A few things are obvious so far, one of them being that CPS has been waging a propaganda war in this matter since the start. Their comments to the press have rarely reconciled with their testimony to the judge. If the situation were not so tragic, it might be almost amusing to witness how CPS has repeatedly crawfished their way around. It has also not escaped my attention how they appear to be very skilled in their rhetoric, as if they've gotten away with this type of thing many times before, though perhaps never before on this scale or with this amount of media attention. I do find it unusual how to date, this case has remained "unsealed" and open for all to follow.

TxBluesMan said...

Much better Doran.

Assault with Bodily Injury is a possible charge, unless the person or his parent consented to the act, i.e. you can't file Assault on someone for a football injury...

Neither Sexual Assault or Aggravated Sexual Assault would fit. An incision is not considered to be 'penetration' for the purposes of that statute.

Aggravated Assault won't fly either - you have to have Serious Bodily Injury, and circumcision doesn't meet that level of injury - not even broken ribs necessarily meet that level. To have serious bodily injury in Texas, you have to prove that the injury caused:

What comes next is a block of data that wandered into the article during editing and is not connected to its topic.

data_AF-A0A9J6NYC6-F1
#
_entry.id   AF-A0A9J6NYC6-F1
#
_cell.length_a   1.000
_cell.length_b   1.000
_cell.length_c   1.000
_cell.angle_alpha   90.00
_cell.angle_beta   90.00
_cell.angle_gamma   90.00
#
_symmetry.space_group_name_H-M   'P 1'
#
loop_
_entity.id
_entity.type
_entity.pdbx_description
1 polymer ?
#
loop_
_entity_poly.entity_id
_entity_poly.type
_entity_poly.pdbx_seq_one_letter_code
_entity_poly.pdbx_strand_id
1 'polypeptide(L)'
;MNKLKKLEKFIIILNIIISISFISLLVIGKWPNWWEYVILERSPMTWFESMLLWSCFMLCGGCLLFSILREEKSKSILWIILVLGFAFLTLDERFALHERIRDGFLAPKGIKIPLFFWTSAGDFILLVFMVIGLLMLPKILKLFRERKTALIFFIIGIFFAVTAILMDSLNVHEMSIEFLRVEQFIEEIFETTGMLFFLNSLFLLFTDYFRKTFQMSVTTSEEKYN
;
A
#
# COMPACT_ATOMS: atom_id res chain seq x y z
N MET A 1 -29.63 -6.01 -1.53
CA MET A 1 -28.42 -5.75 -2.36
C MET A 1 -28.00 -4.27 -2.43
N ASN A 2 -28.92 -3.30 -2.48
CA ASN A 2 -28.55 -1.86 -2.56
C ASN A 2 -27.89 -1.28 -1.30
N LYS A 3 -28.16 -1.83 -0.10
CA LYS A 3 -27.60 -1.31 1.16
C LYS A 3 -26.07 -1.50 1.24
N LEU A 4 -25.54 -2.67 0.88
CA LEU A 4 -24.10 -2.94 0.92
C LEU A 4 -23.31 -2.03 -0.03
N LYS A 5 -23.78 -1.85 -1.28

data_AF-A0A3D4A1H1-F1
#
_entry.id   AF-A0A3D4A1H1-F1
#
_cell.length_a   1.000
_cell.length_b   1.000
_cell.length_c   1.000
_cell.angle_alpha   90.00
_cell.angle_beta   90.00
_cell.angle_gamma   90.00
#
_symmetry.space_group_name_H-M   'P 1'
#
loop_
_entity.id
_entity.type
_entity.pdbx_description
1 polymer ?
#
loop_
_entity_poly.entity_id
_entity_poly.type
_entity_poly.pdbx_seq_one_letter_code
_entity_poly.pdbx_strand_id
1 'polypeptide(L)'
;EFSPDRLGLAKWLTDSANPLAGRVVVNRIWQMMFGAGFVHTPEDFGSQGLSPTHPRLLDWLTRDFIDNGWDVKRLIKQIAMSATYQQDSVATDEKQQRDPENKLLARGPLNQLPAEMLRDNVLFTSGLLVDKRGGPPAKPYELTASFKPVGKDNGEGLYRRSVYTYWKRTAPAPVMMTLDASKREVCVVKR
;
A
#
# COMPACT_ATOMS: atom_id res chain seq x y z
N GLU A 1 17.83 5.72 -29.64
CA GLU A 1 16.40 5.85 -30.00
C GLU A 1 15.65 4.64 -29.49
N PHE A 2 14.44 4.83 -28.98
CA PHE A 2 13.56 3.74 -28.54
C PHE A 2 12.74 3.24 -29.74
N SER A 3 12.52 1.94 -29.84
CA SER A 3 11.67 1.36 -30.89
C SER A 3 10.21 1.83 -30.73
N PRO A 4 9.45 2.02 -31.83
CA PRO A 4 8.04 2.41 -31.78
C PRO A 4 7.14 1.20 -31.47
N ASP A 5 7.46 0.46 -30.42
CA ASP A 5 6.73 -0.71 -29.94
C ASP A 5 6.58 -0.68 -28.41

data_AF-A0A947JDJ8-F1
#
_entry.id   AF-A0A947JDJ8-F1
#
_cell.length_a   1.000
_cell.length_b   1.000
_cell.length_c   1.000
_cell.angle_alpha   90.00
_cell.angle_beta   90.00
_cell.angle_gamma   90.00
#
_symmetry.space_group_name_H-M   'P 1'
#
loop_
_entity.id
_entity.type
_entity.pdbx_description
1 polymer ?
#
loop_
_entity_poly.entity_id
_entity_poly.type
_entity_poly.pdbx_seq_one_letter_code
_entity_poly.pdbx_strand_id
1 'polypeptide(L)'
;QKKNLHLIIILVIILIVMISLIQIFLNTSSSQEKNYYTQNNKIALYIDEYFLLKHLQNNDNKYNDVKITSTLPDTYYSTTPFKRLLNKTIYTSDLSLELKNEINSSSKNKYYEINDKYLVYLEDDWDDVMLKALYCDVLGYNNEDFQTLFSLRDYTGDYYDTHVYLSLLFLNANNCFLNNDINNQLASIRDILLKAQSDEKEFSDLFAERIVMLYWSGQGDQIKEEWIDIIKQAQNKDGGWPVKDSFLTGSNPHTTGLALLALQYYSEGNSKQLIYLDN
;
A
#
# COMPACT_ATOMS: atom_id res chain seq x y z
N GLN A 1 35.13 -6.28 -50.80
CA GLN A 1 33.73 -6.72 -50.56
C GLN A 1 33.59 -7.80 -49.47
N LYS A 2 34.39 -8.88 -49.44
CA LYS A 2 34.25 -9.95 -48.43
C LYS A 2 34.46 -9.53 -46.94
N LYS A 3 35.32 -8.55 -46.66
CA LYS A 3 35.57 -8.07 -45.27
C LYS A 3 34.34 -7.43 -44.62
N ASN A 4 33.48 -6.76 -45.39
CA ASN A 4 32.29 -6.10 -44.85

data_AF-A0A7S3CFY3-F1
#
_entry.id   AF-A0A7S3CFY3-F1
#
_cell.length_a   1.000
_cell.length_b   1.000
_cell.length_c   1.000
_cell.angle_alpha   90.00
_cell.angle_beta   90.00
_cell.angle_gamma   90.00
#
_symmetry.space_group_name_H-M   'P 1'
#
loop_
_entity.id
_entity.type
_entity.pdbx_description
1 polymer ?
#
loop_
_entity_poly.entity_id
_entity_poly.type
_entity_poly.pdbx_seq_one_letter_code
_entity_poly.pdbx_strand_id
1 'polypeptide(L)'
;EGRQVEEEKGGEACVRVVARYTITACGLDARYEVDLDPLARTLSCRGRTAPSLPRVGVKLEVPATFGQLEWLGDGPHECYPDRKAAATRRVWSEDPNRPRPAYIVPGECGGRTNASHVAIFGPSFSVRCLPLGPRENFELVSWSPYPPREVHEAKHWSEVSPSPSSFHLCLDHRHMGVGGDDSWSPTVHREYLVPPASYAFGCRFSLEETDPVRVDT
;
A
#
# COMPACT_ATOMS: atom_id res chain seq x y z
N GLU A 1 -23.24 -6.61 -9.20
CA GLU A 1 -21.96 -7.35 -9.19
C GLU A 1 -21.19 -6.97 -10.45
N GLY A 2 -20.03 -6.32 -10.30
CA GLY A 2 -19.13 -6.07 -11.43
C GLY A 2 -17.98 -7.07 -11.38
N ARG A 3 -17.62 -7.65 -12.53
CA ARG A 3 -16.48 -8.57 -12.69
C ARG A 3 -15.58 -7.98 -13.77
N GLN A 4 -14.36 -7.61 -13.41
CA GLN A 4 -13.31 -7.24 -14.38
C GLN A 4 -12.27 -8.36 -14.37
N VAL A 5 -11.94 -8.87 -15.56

a - a substantial risk of death (nope)
b - protracted loss or impairment of the function of any bodily member or organ (again, nope - the organ will still work)
c - serious permanent disfigurement (yet again, nope - minor scars are not considered serious, although they are disfiguring)

Injury to a Child is possible, but it has the same problem that I will address below.

Consent (see TPC Sec 22.06) - if the injury does not threaten or inflict serious bodily injury, the individual (or their parent in the case of a child) can consent to the use of force, and there is then no offense.

Sorry bout that, any more thoughts?

I can pull the case law if you want, I was just not in the mood to get on Lexis tonight.

Anonymous said...


How can you state so unequivocally that slicing off the foreskin is not penetration of the sexual organ? That act of cutting off part of the body is not an "incision", as you put it. That is a ludicrous statement. You can argue that the removal, with a razor, of a part of the foreskin is not penetration, but the Courts of Texas are going to interpret and apply that statute in the broadest possible way.

As for your parental consent argument, it stinks. Parents cannot consent to a criminal act against their children. If they do, they become parties to the offense. A licensed physician can "penetrate" or slice off some of the foreskin, because physicians are given a license to commit those kinds of assaults. Indeed, if you read the statutes strictly, every cut a physician makes on another human is arguable an assault. But society allows them to do so because the benefits generally outweigh the non-benefits. But if a doctor carves his initials into a woman's crotch area, after delivering a child, that can be considered an assaultive offense.

Your position on this might be modified if you do some research into the effects of circumcision. There is apparently a growing body of evidence, and concern, that circumcision results in a loss of sensation in the penis, which puts the act squarely within the definition of "serious bodily injury."